Expert Reviews – Shaba NR

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Samburu’s wilder eastern cousin
Overall rating
3/5

Set in the same part of Kenya as Samburu National Reserve, from which it ids separated by the main road running north to Ethiopia, Shaba is the place where Survivor Africa was filmed a few years back. Fittingly, this tract of open acacia scrub has a wilder and more untrammeled feel than Samburu itself, with very little tourist traffic exploring the dusty roads than run east from its only large lodge, offering a genuine wilderness experience to those who do. However, while it protects a similar range of species to Samburu, including gerenuk, Grevy’s zebra and lesser kudu, wildlife is thinner on the ground, and relatively skittish, so best to come here for the overall bush experience rather than for pure game viewing.

Part of the dry-country safari ecosystem in Northern Kenya
Overall rating
3/5

On the fringes of Kenya’s desert region, Shaba shares the Ewaso Ng'iro River system with neighbouring Samburu and Buffalo Springs national reserves on the other side of the Isiolo–Archers Post road (A2). I spotted elephant, jackal, bat-eared fox and plains game, including the beautifully-marked Grevy’s zebra and the handsome reticulated giraffe, but my experience was you have to work harder to find the animals. Unlike Samburu and Buffalo Springs where almost all game drives are concentrated along the flat riverbanks, Shaba’s wildlife is also drawn to the marshy areas and scattered natural springs. Some of the tough four-wheel-drive tracks to get around the reserve negotiate steep hills, rocky kopjes, thorny scrub and gritty volcanic surfaces and can be bumpy and uncomfortable. The advantage is that Shaba is more scenic and solitary than the other two, but in terms of animals, I found it not quite the equal of its neighbours for population density and ease of locating them. As such, it’s a good idea to combine all three national reserves on a combined safari.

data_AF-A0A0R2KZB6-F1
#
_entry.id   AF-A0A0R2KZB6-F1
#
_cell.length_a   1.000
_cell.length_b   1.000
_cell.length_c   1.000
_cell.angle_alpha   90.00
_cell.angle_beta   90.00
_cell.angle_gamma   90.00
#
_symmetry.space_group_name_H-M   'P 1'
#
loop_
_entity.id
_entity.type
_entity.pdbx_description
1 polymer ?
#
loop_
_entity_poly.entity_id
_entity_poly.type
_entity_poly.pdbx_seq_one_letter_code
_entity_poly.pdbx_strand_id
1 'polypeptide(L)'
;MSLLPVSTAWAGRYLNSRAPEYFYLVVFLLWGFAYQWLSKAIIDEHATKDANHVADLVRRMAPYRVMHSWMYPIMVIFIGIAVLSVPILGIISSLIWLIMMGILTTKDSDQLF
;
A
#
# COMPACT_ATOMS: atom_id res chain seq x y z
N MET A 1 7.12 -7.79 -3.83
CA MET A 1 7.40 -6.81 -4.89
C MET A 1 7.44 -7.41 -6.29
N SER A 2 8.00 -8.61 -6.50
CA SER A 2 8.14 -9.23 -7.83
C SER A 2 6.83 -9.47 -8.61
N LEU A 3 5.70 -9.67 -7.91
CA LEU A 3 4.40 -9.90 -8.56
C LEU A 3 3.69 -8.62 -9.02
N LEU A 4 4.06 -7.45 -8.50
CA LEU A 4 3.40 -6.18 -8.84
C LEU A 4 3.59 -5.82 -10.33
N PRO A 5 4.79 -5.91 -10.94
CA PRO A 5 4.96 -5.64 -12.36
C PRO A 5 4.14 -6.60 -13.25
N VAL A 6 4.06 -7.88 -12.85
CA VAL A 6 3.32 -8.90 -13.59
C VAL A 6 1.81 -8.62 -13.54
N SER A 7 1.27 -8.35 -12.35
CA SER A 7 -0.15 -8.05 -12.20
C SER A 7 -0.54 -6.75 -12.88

Shaba NR, where the acacia trees give the only shelter
Overall rating
3/5

Shaba borders the more popular Samburu and Buffalo Springs National Reserves. Wildlife seems thinner on the ground, but very few tourists come this way, so you’ll have a more exclusive experience. I haven’t seen many of the big five here, but a range of rare, localized dry-country animals are the real attraction for me. These include several types of dikdik, the gerenuk with its elongated neck, the over-sized Grant’s zebra and the reticulated giraffe. In the heat of the day, these grazers are usually found huddled up in the shade offered by the many flat-topped acacia trees.

Average Expert Rating

  • 3.5/5
  • Wildlife
  • Scenery
  • Bush Vibe
  • Birding

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